Wouldn’t you hate to work hard all day, every day, only to have your employer tell you that you messed up and the paycheck you just received had to be turned back over to them? That is exactly what could happen to many long-term post-acute care (LTPAC) facilities in the case of an audit due to the status of the certification/recertification for skilled services.
According to the Centers for Medicare and Medicaid Services (CMS),“A major source of improper payments stems from SNFs’ failure to obtain certification and recertification statements from physicians or NPPs” per the MLN Matters Number SE 1428. Denials and additional document requests (ADRs) often are the first sign that enables a facility to identify that it has an issue. Unfortunately, it’s too late at that point. If a cert or recert lacks any of the required elements and is the cause of a negative audit outcome, there is no ability to appeal the denial/recoupment on this basis alone. With that in mind, I refer to certs and recerts as “golden tickets” because without complete accuracy, payment can be revoked and not recovered through appeal channels.
Certs and recerts have specific requirements that must be complete in verbiage as well as dates. Many facilities assign staff the task of cert/recert completion; yet, many staff members do not understand the requirements or ensure the requirements are met with each skilled stay. Specificity for all skilled services for which the person qualifies (e.g., physical therapy, occupational therapy, speech therapy), as well as nursing, should always be included. After all, if you don’t include nursing, why are residents in your facility? They can have therapy at home.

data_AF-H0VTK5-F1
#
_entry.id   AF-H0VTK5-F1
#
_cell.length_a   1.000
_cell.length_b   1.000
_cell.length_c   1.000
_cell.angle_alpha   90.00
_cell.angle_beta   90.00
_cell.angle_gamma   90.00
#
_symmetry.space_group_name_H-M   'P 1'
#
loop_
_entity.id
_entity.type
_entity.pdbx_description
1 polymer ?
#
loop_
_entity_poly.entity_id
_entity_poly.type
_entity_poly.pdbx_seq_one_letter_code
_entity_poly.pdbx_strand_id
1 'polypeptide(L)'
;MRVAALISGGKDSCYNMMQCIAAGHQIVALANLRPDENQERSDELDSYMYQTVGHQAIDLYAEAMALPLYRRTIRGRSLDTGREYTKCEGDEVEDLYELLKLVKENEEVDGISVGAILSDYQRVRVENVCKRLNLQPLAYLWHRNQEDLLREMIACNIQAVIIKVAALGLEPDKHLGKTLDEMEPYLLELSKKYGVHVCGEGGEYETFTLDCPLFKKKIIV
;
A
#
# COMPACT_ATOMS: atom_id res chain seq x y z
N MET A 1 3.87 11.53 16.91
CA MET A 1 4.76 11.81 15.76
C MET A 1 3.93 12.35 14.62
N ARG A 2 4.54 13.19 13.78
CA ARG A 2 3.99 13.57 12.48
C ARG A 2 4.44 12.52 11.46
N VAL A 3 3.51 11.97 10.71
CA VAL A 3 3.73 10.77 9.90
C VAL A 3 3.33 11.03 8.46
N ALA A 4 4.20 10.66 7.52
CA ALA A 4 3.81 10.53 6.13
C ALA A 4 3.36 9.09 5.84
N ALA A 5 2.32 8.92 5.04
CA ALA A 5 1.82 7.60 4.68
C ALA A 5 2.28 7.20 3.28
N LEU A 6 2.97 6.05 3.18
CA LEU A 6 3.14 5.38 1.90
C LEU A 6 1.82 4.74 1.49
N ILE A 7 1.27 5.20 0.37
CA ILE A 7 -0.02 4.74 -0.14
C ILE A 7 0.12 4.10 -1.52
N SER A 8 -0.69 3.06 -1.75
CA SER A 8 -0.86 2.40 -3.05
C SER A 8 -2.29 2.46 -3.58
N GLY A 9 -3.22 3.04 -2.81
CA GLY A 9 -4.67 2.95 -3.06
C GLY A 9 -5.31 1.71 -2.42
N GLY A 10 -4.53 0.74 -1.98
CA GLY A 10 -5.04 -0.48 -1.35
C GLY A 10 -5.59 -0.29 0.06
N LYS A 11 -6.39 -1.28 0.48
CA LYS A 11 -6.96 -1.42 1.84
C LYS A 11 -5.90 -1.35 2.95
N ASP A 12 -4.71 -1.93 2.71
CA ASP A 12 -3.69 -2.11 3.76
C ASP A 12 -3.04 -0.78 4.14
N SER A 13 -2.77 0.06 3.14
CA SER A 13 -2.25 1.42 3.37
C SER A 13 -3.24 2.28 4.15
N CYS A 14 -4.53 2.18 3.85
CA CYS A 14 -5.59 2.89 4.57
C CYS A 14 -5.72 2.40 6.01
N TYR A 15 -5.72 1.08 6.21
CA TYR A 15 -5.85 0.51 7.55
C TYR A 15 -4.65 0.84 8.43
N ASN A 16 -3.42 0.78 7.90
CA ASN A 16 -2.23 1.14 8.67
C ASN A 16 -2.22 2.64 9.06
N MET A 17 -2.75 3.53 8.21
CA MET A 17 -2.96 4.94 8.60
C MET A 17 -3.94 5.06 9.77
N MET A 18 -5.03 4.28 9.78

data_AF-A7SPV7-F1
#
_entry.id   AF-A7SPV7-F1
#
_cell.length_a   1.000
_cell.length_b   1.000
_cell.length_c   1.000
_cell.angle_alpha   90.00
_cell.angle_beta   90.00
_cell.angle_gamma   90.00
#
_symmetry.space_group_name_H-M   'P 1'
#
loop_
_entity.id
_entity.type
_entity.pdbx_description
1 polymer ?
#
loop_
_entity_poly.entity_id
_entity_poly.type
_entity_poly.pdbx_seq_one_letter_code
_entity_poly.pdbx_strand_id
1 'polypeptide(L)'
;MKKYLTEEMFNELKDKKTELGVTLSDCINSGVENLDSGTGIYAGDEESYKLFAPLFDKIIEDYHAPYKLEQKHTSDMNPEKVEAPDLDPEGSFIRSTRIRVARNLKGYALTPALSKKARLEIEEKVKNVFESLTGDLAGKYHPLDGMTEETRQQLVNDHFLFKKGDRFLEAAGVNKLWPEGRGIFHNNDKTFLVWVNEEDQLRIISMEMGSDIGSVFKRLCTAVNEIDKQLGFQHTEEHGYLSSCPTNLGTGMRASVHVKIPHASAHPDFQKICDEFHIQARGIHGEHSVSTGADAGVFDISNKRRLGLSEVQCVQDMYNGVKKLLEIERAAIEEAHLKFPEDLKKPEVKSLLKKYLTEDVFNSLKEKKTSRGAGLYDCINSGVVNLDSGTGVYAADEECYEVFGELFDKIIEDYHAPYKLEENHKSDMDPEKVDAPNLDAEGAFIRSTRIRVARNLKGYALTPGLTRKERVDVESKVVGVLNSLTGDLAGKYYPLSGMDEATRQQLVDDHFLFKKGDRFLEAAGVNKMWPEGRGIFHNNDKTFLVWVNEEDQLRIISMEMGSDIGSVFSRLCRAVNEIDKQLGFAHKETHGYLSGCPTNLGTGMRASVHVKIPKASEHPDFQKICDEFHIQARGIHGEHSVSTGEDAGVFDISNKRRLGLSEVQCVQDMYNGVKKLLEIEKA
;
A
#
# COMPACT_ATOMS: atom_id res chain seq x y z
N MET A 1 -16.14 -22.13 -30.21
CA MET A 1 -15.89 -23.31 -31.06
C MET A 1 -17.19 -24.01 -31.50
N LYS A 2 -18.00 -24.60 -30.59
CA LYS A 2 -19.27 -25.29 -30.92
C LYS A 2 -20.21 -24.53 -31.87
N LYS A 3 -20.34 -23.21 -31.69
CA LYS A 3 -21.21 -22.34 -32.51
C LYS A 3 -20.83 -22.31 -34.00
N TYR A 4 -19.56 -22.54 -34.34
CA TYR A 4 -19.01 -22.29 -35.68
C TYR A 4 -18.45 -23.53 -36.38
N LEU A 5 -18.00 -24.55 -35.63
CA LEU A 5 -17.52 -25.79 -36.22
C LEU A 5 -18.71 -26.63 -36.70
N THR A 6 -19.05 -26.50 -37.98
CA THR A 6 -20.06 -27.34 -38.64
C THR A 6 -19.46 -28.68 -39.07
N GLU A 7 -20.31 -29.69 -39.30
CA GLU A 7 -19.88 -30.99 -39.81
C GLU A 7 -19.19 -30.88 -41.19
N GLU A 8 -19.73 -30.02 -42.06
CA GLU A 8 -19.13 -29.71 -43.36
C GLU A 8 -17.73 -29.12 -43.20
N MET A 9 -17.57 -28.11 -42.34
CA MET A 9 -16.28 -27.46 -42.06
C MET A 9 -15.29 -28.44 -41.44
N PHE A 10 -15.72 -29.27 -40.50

Cert and recert requirements include:
A statement identifying the skilled services that are required by skilled staff during an inpatient stay
Estimated length of skilled services (generally listed as 30 days unless otherwise known)
The discharge plan (e.g., home with home health)
Whether the reason for a continued need for services is a condition that arose after admission to the SNF (and while being treated for an ongoing condition for which the individual received inpatient care in a hospital). This must be indicated.
Specific intervals in which the cert/recert must be signed and dated by the attending physician
Safeguarding the original “golden ticket” after final review during the Triple Check process should be considered. The original signed/dated cert/recert can be uploaded or scanned into many electronic health records (EHRs). I prefer to give this precious copy to the finance department/ business office for inclusion in the financial file of the resident. These files are generally easier to locate, and with fewer people handling them, there is less chance to lose this irreplaceable and non-appealable skilled payment requirement.
Richter can also provide comprehensive Triple Check training for you and your staff. Call Desiree Gordon at 440-605-7256.